Review: ‘The Lego Ninjago Movie’ is a forgetful piece

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Review: ‘The Lego Ninjago Movie’ is a forgetful piece

Arlyn Mendoza, Managing Editor

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Once again the Lego marketing team convinces parents to buy Lego products for their children.

‘The Lego Ninjago Movie’, written and directed by Bob Logan and Paul Fisher, offers a typical family movie plot with lessons to be learned about self courage and family clashes and resolutions. Amiable characters take the stage in the second Lego movie of the year, there should be no reason why a child would not enjoy the film. Unfortunately, not everyone is a child.

We are introduced to familiar voices and faces like Jackie Chan (The Karate Kid) as Master Wu, Dave Franco (21 Jump Street) as Lloyd and Fred Armisen (Saturday Night Live) as Cole. We find ourselves following the story of Lloyd, the main character and green ninja, accompanied by his fellow teenage ninja friends including red ninja, blue ninja, white ninja and more, each representing an element of earth. Lloyd and his friends defend the city of Ninjago from Garmadon who wants to take over as the mayor. Garmadon does not acknowledge his son Lloyd as the green ninja who defeats him day after day. Lloyd’s anger towards his father soon sparks up the plot of the story and it soon unfolds.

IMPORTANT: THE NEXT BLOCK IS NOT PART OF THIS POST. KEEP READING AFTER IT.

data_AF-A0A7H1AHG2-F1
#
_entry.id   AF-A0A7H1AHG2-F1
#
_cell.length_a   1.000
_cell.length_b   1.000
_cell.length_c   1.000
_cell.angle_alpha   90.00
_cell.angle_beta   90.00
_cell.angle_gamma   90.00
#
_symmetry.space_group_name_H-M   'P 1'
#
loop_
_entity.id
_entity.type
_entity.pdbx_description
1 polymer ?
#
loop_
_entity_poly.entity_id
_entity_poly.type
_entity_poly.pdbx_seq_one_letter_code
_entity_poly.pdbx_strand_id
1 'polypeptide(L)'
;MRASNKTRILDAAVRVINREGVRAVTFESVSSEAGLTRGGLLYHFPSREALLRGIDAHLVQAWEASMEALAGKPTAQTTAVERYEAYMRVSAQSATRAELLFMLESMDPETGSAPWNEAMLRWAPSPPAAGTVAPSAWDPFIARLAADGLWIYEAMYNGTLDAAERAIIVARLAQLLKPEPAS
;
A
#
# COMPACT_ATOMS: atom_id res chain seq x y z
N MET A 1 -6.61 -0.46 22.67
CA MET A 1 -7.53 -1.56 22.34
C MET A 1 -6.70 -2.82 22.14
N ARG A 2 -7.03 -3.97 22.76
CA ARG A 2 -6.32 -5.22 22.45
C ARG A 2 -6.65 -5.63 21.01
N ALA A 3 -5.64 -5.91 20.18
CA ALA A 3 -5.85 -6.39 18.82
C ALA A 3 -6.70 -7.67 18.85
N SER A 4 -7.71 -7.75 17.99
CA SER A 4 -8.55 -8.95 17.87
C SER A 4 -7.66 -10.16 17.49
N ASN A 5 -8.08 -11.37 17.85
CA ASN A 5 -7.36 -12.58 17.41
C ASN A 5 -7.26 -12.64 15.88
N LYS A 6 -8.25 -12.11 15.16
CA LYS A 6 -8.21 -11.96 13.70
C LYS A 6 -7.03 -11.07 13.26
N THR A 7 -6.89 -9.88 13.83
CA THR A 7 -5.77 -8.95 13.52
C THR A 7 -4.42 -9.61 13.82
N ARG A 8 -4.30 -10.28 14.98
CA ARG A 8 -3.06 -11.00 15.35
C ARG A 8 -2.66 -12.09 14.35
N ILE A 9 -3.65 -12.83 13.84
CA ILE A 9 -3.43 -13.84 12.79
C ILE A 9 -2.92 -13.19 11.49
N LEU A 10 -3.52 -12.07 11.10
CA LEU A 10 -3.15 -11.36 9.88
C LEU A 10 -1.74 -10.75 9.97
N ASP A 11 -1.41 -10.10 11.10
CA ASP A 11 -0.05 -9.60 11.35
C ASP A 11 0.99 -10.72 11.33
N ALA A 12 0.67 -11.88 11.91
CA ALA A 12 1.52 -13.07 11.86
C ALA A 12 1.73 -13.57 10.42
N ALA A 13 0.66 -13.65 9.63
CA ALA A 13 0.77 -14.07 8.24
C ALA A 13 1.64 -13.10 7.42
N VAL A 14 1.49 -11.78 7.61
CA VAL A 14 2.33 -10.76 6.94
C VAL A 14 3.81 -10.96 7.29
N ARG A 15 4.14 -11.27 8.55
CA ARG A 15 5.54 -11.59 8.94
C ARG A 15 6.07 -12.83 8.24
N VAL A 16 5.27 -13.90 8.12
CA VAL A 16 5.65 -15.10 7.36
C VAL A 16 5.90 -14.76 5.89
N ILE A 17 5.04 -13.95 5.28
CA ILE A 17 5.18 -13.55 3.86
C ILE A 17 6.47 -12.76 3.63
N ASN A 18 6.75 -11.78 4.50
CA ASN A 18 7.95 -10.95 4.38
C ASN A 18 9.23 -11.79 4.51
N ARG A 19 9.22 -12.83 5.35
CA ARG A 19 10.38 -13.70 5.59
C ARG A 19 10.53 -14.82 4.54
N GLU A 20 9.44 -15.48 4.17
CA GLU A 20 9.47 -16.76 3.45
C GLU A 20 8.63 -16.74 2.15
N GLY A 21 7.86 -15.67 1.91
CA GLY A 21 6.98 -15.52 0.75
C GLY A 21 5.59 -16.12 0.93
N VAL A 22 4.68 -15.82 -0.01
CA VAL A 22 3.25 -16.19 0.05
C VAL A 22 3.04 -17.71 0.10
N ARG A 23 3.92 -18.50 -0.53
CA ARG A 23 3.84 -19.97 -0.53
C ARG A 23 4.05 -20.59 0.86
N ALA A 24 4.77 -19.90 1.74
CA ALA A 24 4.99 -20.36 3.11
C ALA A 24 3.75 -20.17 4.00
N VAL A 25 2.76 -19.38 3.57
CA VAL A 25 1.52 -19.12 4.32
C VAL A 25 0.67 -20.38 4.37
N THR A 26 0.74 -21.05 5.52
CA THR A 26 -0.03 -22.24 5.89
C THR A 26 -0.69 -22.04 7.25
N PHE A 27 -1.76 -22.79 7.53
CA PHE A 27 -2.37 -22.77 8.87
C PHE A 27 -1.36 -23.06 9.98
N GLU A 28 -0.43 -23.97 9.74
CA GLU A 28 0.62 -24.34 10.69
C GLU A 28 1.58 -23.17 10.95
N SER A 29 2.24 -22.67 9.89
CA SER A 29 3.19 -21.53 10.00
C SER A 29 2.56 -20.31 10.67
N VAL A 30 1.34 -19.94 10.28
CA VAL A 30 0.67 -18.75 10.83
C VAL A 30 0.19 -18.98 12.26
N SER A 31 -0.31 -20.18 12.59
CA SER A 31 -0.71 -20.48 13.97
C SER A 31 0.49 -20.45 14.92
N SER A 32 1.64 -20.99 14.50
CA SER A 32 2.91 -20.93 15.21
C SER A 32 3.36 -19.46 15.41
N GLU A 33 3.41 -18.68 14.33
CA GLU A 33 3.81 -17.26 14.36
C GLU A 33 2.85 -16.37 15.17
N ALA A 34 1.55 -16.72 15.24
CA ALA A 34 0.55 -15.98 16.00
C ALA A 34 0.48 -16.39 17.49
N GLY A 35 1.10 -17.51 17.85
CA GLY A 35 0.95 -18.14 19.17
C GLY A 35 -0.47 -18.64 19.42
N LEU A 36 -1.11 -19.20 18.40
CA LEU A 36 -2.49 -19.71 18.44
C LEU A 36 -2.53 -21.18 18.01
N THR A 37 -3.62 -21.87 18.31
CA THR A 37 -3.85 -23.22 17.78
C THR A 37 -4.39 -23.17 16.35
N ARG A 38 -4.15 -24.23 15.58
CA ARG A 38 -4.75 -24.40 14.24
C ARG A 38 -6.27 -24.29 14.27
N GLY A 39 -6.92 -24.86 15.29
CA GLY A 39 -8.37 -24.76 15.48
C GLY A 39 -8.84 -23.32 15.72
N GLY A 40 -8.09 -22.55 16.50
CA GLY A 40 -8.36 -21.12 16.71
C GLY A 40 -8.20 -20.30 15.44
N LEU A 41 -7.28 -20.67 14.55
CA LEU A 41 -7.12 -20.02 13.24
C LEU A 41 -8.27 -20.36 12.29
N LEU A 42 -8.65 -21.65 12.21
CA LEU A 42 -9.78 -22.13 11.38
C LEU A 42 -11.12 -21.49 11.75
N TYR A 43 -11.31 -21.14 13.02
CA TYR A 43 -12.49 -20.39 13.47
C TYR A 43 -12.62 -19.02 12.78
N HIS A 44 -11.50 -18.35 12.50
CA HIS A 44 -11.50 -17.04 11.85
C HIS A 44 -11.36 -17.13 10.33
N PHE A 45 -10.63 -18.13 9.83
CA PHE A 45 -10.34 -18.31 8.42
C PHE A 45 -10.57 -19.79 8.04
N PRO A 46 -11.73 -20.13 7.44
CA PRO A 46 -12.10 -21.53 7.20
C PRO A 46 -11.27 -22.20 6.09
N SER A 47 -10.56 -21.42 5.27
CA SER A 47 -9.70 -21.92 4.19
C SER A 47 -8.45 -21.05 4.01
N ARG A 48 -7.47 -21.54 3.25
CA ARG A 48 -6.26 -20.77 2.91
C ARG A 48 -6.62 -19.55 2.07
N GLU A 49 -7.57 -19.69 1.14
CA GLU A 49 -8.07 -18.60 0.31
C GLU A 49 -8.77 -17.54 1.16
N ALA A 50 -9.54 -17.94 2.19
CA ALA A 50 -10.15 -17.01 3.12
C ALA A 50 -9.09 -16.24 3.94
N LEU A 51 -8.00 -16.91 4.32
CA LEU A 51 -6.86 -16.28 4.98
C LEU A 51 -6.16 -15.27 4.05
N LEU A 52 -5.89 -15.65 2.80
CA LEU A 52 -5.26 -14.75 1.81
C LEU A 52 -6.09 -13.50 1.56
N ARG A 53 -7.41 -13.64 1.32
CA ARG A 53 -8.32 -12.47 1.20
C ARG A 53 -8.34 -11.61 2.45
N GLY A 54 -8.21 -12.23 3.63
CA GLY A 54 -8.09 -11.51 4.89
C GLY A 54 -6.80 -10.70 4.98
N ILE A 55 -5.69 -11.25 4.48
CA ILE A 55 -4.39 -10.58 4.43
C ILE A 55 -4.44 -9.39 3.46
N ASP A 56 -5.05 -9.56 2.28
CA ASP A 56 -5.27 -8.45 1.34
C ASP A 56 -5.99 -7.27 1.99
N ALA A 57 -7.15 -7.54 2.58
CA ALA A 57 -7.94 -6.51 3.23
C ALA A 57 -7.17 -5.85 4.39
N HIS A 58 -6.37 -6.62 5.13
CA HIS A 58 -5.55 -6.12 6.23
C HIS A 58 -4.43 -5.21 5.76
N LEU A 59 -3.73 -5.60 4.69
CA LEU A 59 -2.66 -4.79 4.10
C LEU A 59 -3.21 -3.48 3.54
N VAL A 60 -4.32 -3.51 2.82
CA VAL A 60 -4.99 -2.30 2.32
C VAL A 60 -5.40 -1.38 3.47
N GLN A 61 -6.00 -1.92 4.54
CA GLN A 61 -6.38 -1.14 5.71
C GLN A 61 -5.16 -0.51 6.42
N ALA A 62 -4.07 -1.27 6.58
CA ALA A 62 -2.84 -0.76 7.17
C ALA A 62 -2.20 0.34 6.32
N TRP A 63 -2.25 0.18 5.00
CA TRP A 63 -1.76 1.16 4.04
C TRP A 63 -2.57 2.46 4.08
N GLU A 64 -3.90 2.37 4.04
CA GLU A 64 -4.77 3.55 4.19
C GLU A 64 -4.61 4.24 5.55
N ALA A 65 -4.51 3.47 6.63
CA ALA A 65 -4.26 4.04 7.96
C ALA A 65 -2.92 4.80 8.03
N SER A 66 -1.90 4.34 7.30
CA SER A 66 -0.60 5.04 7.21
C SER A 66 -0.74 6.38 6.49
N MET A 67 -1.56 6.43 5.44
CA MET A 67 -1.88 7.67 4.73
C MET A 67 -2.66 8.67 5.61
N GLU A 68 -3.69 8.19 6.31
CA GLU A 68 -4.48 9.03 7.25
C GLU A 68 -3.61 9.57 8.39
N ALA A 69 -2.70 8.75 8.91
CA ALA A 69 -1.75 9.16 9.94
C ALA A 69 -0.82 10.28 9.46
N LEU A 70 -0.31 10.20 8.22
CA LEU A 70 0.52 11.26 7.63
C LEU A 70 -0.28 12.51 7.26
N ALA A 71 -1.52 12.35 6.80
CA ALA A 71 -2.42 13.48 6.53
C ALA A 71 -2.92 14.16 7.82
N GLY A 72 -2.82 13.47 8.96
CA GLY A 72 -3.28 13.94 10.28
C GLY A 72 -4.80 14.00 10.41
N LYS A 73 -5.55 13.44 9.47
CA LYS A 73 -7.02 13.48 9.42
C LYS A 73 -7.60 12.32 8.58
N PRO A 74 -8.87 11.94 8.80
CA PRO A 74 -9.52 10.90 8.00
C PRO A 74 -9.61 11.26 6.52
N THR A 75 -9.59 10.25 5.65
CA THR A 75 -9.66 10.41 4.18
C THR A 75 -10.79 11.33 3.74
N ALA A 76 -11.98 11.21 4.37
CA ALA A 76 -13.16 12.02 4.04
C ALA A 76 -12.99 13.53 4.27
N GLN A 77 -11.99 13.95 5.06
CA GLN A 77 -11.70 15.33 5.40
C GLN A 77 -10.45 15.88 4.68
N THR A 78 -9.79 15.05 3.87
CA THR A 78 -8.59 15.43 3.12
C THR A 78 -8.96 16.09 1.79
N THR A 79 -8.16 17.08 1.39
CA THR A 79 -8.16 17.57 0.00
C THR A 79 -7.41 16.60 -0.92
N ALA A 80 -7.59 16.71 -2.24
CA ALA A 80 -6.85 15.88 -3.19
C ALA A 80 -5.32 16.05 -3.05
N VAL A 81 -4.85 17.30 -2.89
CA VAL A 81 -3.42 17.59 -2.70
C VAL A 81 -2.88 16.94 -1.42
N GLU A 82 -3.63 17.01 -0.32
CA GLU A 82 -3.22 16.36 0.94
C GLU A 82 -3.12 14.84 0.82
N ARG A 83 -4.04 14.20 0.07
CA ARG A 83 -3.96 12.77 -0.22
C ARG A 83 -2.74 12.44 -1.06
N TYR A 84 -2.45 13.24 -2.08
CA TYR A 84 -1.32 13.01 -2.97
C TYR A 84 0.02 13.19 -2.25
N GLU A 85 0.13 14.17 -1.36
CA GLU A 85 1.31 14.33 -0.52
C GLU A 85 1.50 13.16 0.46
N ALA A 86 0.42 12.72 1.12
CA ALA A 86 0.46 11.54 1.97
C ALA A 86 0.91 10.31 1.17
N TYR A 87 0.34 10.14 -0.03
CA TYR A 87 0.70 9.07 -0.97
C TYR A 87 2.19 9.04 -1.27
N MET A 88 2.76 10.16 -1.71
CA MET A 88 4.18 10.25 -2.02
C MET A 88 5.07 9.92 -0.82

Part of the many reasons why ‘The Lego Movie’ and ‘The Lego Batman Movie’ stood out was attention to detail and staying true to the assimilation of stop motion picture. ‘The Lego Movie’ of 2014 visually set the stage that was intriguing to see. All the scenes were made of legos and looked fantastic. Waves were made up of interlocking plastic toys of various colors. Anyone could go home and recreate these scenes and practice stop motion. Mountains and deserts were made of orange and brown legos. Attention to detail lacked in the ‘The Lego Ninjago Movie’, which was disappointing given the fact that it made the previous Lego movies look so gracious. Although there were a few references to older live action ninja movies, it was not enough to make the film remotely amazing.

This movie of course is aimed toward children, but that does not mean adults can not be taken into consideration. ‘The Lego Movie’ of 2014 had imagination and originality that protruded from the screen. The references on its own were appreciable. Unfortunately the audience did not see that in ‘The Lego Ninjago Movie’.

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